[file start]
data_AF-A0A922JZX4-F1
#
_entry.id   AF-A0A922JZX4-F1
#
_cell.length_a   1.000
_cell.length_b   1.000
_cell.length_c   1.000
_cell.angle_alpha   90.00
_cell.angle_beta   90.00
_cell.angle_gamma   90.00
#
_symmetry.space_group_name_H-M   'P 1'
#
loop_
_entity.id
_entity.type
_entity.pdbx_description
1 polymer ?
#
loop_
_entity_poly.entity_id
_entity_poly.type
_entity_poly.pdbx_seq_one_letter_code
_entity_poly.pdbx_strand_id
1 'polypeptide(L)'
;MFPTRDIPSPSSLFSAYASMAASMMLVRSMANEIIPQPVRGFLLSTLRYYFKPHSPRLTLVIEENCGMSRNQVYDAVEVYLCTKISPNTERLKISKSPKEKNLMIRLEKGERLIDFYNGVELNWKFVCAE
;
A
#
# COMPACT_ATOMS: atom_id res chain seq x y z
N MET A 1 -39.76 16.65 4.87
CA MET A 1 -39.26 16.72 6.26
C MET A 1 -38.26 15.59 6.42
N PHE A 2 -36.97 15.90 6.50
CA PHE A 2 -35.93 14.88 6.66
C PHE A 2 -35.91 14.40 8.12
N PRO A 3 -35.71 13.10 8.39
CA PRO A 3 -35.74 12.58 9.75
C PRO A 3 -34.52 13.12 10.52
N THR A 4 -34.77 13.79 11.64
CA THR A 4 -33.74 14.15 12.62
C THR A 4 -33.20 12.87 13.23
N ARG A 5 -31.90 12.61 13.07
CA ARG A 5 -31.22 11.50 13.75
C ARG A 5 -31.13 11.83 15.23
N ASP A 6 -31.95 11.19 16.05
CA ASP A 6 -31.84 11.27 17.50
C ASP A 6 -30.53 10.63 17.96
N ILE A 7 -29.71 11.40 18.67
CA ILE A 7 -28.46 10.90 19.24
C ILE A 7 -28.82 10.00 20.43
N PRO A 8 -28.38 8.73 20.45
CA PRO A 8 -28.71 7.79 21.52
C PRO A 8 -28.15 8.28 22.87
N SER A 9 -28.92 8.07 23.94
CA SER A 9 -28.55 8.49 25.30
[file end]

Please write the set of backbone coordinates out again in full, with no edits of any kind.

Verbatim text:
data_AF-A0A922JZX4-F1
#
_entry.id   AF-A0A922JZX4-F1
#
_cell.length_a   1.000
_cell.length_b   1.000
_cell.length_c   1.000
_cell.angle_alpha   90.00
_cell.angle_beta   90.00
_cell.angle_gamma   90.00
#
_symmetry.space_group_name_H-M   'P 1'
#
loop_
_entity.id
_entity.type
_entity.pdbx_description
1 polymer ?
#
loop_
_entity_poly.entity_id
_entity_poly.type
_entity_poly.pdbx_seq_one_letter_code
_entity_poly.pdbx_strand_id
1 'polypeptide(L)'
;MFPTRDIPSPSSLFSAYASMAASMMLVRSMANEIIPQPVRGFLLSTLRYYFKPHSPRLTLVIEENCGMSRNQVYDAVEVYLCTKISPNTERLKISKSPKEKNLMIRLEKGERLIDFYNGVELNWKFVCAE
;
A
#
# COMPACT_ATOMS: atom_id res chain seq x y z
N MET A 1 -39.76 16.65 4.87
CA MET A 1 -39.26 16.72 6.26
C MET A 1 -38.26 15.59 6.42
N PHE A 2 -36.97 15.90 6.50
CA PHE A 2 -35.93 14.88 6.66
C PHE A 2 -35.91 14.40 8.12
N PRO A 3 -35.71 13.10 8.39
CA PRO A 3 -35.74 12.58 9.75
C PRO A 3 -34.52 13.12 10.52
N THR A 4 -34.77 13.79 11.64
CA THR A 4 -33.74 14.15 12.62
C THR A 4 -33.20 12.87 13.23
N ARG A 5 -31.90 12.61 13.07
CA ARG A 5 -31.22 11.50 13.75
C ARG A 5 -31.13 11.83 15.23
N ASP A 6 -31.95 11.19 16.05
CA ASP A 6 -31.84 11.27 17.50
C ASP A 6 -30.53 10.63 17.96
N ILE A 7 -29.71 11.40 18.67
CA ILE A 7 -28.46 10.90 19.24
C ILE A 7 -28.82 10.00 20.43
N PRO A 8 -28.38 8.73 20.45
CA PRO A 8 -28.71 7.79 21.52
C PRO A 8 -28.15 8.28 22.87
N SER A 9 -28.92 8.07 23.94
CA SER A 9 -28.55 8.49 25.30